The utility of P300 as a schizophrenia endophenotype and predictive biomarker: Clinical and socio-demographic modulators in COGS-2

Bruce I. Turetsky, Erich M. Dress, David L. Braff, Monica E. Calkins, Michael F. Green, Tiffany A. Greenwood, Raquel E. Gur, Ruben C. Gur, Laura C. Lazzeroni, Keith H. Nuechterlein, Allen D. Radant, Larry J. Seidman, Larry J. Siever, Jeremy M. Silverman, Joyce Sprock, William S. Stone, Catherine A. Sugar, Neal R. Swerdlow, Debby W. Tsuang, Ming T. TsuangGregory Light

Research output: Contribution to journalArticlepeer-review

79 Scopus citations

Abstract

Reduced auditory P300 amplitude is a robust schizophrenia deficit exhibiting the qualities of a viable genetic endophenotype. These include heritability, test-retest reliability, and trait-like stability. Recent evidence suggests that P300 may also serve as a predictive biomarker for transition to psychosis during the schizophrenia prodrome. Historically, the utility of the P300 has been limited by its clinical nonspecificity, cross-site measurement variability, and required EEG expertise. The Consortium on the Genetics of Schizophrenia (COGS-2) study provided an opportunity to examine the consistency of the measure across multiple sites with varying degrees of EEG experience, and to identify important modulating factors that contribute to measurement variability. Auditory P300 was acquired from 649 controls and 587 patients at 5 sites. An overall patient deficit was observed with effect size 0.62. Each site independently observed a significant patient deficit, but site differences also existed. In patients, site differences reflected clinical differences in positive symptomatology and functional capacity. In controls, site differences reflected differences in racial stratification, smoking and substance use history. These factors differentially suppressed the P300 response, but only in control subjects. This led to an attenuated patient-control difference among smokers and among African Americans with history of substance use. These findings indicate that the P300 can be adequately assessed quantitatively, across sites, without substantial EEG expertise. Measurements are suitable for both genetic endophenotype analyses and studies of psychosis risk and conversion. However, careful attention must be given to selection of appropriate comparison samples to avoid misleading false negative results.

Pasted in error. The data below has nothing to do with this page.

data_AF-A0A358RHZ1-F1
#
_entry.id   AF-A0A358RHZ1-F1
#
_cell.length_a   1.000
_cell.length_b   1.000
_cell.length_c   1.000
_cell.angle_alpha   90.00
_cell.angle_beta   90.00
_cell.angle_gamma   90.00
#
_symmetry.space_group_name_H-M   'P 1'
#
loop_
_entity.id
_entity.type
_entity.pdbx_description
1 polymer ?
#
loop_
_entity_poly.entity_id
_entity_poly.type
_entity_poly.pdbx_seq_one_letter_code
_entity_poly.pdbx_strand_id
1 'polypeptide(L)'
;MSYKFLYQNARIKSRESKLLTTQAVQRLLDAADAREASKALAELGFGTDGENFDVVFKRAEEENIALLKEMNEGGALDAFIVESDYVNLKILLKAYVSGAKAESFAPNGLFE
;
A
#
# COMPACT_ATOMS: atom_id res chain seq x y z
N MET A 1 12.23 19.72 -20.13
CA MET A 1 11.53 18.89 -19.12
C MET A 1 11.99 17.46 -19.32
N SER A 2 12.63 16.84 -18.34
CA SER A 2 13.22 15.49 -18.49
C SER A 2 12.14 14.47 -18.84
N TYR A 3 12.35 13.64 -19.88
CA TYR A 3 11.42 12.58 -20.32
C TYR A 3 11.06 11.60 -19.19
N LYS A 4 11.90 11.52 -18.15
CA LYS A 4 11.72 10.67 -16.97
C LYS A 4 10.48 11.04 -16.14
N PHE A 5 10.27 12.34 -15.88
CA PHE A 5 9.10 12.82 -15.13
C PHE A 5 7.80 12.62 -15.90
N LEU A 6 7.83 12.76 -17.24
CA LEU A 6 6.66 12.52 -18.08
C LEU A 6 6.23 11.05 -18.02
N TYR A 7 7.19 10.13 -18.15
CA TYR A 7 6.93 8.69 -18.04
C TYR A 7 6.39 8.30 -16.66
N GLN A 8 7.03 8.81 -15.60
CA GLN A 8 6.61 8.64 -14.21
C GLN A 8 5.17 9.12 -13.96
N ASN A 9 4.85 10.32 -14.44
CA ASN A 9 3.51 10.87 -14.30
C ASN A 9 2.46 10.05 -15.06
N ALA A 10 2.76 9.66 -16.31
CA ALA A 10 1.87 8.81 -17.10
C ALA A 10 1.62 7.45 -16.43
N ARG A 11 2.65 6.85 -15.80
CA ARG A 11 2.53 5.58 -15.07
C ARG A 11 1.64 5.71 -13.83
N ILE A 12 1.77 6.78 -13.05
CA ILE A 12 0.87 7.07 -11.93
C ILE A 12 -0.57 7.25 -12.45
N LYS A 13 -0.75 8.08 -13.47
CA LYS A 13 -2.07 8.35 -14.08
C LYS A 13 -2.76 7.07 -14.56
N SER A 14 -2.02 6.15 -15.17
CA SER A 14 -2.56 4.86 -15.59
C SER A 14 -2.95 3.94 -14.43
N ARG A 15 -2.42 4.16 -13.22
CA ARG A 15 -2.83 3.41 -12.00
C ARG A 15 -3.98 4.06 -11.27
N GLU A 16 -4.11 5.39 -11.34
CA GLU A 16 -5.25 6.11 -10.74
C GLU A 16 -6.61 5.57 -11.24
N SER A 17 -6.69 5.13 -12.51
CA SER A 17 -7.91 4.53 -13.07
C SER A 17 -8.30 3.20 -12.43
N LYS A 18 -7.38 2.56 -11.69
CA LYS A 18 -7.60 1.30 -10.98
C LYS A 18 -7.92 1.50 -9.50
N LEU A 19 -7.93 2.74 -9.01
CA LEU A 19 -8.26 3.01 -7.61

Original languageEnglish
Pages (from-to)53-62
Number of pages10
JournalSchizophrenia Research
Volume163
Issue number1-3
DOIs
StatePublished - 1 Apr 2015
Externally publishedYes

Bibliographical note

Publisher Copyright:
© 2014 Elsevier B.V.

Funding

This work was supported by collaborative R01 grants from the National Institute of Mental Health : MH065571 , MH065707 , MH065554 , MH065578 , MH065558 , MH86135 . Other than providing financial support, the NIMH had no further role in this manuscript. Dr. Lazzeroni is an inventor on a patent application filed by Stanford University on genetic polymorphisms associated with depression. Dr. Light has served as a consultant for Astellas, Forum, and Neuroverse. Dr. Nuechterlein has received unrelated research support from Janssen Scientific Affairs, Genentech, and Brain Plasticity, Inc., and has consulted to Genentech, Otsuka, Janssen, and Brain Plasticity, Inc. Dr. Swerdlow has been a consultant for Genco Sciences, Ltd. All other authors declare that they have no conflict of interest.

FundersFunder number
Otsuka
National Institutes of Health
National Institute of Mental HealthMH065558, R01MH086135, MH065554, MH065578, MH065571, MH065707
Genentech
Janssen Pharmaceuticals
Janssen Scientific Affairs

    Keywords

    • Biomarker
    • Endophenotype
    • Event-related potential
    • P300
    • Schizophrenia

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